The 3 Words That Helped Me Find Gratitude Amidst My Depression
Gratitude is a beautiful feeling. It connects us to the people and things in our lives in a way that can be hard to put into words. It allows us to show compassion for those who don’t have the same things to be grateful for and a little bit of it can go a long way.
Normally, I use Thanksgiving to recount all of the things I’m grateful for. I don’t make an official list or anything, but I look back on the year and give silent thanks for the people and things in my life. This year, though … well, it has been anything but normal.
It goes without saying this has been a rough year. Obviously, it has been far harder on some than on others, but I don’t think 2020 will be getting a “Best Year Ever” mug. Certainly not from me (though if anyone knows where I can send a strongly-worded letter to the universe, please feel free to pass that information along).
As manageable as my depression has become over the last few years, this time of the year is always a little extra tough for me. Add to that a global pandemic and an election for the ages, and the last couple of months have not exactly been all rainbows and puppies.
When I sat down with my Thanksgiving meal this year and tried to come up with what I was thankful for, my mind was instead flooded with negativity. Just a few weeks ago I was struggling to find any kind of joy in my life. If joy was barely within reach, how was I supposed to manage gratitude? Maybe if the idea was to list all the things that have helped make this year such a train wreck, that would be far more doable.
So, that’s what I did: I let the negative thoughts and memories fill the space in my head I was trying to save for gratitude. I thought about the things that had caused me pain. I recalled numerous times I had cried and plenty more when I was this close to crying. I remembered heartache, grief, frustration, anger … I probably could have gone far into the night if I’d kept at it, but at a certain point, I found myself thinking, “Well yeah, that sucked, but…”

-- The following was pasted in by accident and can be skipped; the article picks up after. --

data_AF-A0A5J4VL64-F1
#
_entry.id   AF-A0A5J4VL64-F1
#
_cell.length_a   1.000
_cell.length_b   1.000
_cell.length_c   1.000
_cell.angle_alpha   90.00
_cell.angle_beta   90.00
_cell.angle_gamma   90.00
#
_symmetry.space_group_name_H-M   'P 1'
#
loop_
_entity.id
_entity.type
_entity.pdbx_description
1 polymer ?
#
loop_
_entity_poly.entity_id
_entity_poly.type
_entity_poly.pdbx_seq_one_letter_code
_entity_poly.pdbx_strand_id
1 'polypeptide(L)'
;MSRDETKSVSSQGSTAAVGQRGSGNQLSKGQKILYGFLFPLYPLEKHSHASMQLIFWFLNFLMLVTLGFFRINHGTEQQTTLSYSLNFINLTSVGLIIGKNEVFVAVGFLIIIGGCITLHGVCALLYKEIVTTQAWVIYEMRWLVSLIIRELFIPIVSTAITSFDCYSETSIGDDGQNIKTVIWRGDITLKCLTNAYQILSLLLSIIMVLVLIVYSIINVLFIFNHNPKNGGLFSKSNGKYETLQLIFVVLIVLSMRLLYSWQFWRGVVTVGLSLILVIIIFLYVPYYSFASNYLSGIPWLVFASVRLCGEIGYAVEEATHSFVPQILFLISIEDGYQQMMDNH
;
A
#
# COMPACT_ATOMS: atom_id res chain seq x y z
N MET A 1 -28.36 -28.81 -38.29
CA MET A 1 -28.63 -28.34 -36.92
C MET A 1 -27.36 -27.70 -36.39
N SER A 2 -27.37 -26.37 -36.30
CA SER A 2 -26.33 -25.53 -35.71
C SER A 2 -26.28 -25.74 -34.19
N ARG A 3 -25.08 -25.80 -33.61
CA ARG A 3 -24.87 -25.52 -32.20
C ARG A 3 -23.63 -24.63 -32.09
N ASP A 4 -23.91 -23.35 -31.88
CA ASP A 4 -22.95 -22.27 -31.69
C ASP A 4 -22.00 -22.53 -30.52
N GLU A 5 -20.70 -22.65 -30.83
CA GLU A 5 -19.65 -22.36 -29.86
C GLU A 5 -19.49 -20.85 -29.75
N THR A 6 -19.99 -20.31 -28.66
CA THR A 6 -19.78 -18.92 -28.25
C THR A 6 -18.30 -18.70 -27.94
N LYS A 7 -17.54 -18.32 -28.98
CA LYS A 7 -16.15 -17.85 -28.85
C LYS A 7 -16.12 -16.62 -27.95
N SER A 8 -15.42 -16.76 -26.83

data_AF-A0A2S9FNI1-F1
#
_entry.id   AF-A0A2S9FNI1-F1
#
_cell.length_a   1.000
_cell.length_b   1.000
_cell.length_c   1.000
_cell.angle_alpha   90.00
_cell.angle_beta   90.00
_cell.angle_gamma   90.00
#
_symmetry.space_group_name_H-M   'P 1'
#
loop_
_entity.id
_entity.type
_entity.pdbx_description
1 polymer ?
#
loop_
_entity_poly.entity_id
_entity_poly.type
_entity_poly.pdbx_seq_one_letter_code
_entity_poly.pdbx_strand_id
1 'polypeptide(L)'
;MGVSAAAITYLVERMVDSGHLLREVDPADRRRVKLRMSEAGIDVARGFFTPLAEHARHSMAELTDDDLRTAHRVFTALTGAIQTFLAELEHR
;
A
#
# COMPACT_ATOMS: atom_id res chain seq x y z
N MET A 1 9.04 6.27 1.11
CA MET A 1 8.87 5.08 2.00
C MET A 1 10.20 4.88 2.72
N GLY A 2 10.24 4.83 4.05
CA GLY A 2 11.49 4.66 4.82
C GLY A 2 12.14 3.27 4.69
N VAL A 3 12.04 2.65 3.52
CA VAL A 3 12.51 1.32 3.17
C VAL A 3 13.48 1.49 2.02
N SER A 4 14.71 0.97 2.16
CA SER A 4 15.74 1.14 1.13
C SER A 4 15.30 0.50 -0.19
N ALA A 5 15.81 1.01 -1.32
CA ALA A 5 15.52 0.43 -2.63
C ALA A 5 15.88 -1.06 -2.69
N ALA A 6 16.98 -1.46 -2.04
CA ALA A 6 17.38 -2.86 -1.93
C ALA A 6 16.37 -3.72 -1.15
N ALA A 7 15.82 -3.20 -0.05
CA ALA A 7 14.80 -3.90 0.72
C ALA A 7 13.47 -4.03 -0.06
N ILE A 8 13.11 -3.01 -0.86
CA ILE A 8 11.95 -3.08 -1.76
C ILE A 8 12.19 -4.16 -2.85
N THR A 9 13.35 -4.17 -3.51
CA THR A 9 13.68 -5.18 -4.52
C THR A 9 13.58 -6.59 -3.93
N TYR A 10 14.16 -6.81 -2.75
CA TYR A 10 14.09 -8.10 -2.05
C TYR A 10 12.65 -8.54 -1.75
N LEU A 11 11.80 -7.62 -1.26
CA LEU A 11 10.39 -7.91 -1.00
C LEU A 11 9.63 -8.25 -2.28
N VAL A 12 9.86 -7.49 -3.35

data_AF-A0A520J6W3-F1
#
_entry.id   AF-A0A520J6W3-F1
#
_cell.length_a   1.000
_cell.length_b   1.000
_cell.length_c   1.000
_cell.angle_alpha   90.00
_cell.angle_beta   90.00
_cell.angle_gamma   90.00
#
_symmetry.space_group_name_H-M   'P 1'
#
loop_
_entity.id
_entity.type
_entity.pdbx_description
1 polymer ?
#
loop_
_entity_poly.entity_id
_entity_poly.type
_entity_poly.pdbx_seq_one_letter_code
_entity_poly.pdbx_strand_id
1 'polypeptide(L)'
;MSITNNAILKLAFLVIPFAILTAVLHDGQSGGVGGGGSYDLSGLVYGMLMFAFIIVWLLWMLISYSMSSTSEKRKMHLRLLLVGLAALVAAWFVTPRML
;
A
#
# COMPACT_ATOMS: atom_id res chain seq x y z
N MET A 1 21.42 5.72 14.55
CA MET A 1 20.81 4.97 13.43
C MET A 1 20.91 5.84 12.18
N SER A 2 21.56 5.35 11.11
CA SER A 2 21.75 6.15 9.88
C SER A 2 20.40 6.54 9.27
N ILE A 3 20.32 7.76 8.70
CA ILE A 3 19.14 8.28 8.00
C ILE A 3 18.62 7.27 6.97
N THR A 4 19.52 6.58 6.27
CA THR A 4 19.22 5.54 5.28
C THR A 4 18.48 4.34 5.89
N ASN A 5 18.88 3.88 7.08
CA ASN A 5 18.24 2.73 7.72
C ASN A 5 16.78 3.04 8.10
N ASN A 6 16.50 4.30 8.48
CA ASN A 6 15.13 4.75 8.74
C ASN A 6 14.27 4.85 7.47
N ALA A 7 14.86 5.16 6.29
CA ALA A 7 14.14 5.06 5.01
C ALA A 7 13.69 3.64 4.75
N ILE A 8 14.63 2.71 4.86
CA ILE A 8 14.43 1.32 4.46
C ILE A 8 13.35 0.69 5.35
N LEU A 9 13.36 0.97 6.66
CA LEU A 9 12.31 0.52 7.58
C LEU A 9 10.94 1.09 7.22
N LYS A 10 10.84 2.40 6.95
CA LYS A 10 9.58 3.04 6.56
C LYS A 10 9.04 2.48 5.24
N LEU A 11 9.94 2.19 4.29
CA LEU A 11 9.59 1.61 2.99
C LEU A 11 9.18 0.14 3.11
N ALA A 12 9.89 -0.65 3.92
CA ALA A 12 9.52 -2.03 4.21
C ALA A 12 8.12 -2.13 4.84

That’s when the lightbulb flickered to life. “Hey, wait!” I thought (or likely said aloud to myself). “I bet there’s a ‘well, yeah, but…’ for a lot of these things.” As someone who often encourages others to look for silver linings, it seemed like a good time to follow my own advice.
With this in mind, I came up with a number of “well yeah, buts” to offset some of the gloom and (plot twist!) they look suspiciously like gratitude. For example, negative thing: My Grampa passed away early in the pandemic. It wasn’t the coronavirus (COVID-19), but coronavirus is what kept me from going to see him or my family. I was trying to do the safe thing by staying at home and I lost track of how many times I changed my mind about what to do. I also lost count of the emotions I went through. It wasn’t easy to process.
Well yeah, but … the facility Grampa was in let immediate family visit before he passed, and my mom was able to give him my love for me. Ultimately, he was with people who loved him, which is the most important thing of all. And as for me, I will always have my memories of him and the knowledge he loved all of us so very much.